Cal, the first thing everyone should know is that the term “hair cloning” is actually a misnomer. This has been pointed out numerous times, by numerous experts, and also many times here on HairSite and other sites. Companies like Intercytex don’t even use the term “hair cloning” to describe their cell-based hair regeneration procedures, because it is scientifically inaccurate.
Nonetheless, the term “hair cloning” has been used extensively in the popular media for a number of years, to refer to what we, on HairSite, call “hair multiplication”, and which companies like ICX are now calling “follicular neogenesis” or “follicular cell regeneration”.
In fact, “hair cloning” has little in common with cloning of, say, an animal or lower organism, like bacteria.
The TRC procedure is a form of cell therapy in which cells are harvested from an organ (your donor hair follicles), dissociated, cultured in vitro (in a “petri dish” or the equivalent), and then injected or re-implanted into the scalp.
By contrast, the technical, textbook definition of cloning refers to the replication of DNA, or a cell nucleus (which contains DNA), into one or more copies. The copies are then coaxed into growing into an entire new organism. For instance, a mammal can be cloned by removing a nucleus, containing all its chromosomes (that is, one of each chromosome), from a “somatic” (or body) cell, and implanting the nucleus into a “germ” (or reproductive) cell, like an egg cell. This produces a situation similar to a fertilized egg, and if the egg divides mitotically, it can potentially grow into a new organism – a genetically identical copy of the original mammal, or whatever.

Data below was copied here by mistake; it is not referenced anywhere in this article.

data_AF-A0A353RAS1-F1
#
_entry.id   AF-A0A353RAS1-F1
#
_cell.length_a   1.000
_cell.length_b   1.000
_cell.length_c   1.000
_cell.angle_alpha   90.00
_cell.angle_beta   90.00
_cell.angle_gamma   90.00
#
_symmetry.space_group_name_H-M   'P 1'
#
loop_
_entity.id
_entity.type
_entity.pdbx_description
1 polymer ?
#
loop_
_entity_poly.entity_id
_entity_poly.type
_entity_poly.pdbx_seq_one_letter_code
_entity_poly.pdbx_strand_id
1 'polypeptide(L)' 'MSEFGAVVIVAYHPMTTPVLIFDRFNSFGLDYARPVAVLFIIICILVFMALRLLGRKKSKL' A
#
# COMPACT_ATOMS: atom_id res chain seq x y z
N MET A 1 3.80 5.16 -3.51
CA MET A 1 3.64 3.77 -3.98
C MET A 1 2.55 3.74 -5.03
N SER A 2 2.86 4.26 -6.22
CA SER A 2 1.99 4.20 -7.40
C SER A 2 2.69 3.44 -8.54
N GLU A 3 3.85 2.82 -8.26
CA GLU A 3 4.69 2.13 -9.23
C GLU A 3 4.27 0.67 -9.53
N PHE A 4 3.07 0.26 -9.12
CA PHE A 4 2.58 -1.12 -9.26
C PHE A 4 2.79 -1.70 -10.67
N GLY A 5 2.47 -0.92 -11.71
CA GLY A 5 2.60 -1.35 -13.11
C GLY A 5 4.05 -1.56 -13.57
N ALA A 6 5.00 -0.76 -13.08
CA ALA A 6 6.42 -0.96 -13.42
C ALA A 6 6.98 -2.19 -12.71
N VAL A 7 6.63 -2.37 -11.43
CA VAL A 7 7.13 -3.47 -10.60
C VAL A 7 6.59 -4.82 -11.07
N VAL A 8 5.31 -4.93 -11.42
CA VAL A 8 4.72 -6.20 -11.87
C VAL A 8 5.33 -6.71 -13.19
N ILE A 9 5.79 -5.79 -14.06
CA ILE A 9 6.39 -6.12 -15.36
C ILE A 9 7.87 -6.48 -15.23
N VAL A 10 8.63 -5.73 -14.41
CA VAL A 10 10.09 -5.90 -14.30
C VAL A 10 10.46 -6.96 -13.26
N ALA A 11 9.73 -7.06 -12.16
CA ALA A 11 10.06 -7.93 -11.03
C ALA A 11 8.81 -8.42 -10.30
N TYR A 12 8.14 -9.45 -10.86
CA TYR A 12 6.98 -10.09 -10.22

Note that TRC and other HM procedures are not creating a new organism, but just manufacturing new organs from somatic cells. The germ cells, or reproductive cells, don’t even come into play.
So, technically, TRC (and all HM) is not cloning. Since there is no removal of a nucleus and no creation of a genetic copy of an entire organism, the same concerns about the fidelity of the “genetic copy” don’t really come into play.
Yes, you are still making a copy, but not of an entire organism. You are making copies of somatic cells (the donor cells). But the human body makes copies of its own cells anyway, all the time. All kinds of cells all over the body normally undergo cell division to create more cells of the same kind. So, really, TRC and all forms of HM are nothing unusual. They are nothing fundamentally different from what the body does itself anyway. HM just changes the way and the place that this is done. Instead of those donor follicles dividing and creating new cells which remain inside the donor follicles, cells are being extracted, physically removed from the donor follicles, and caused to multiply into copies in a laboratory.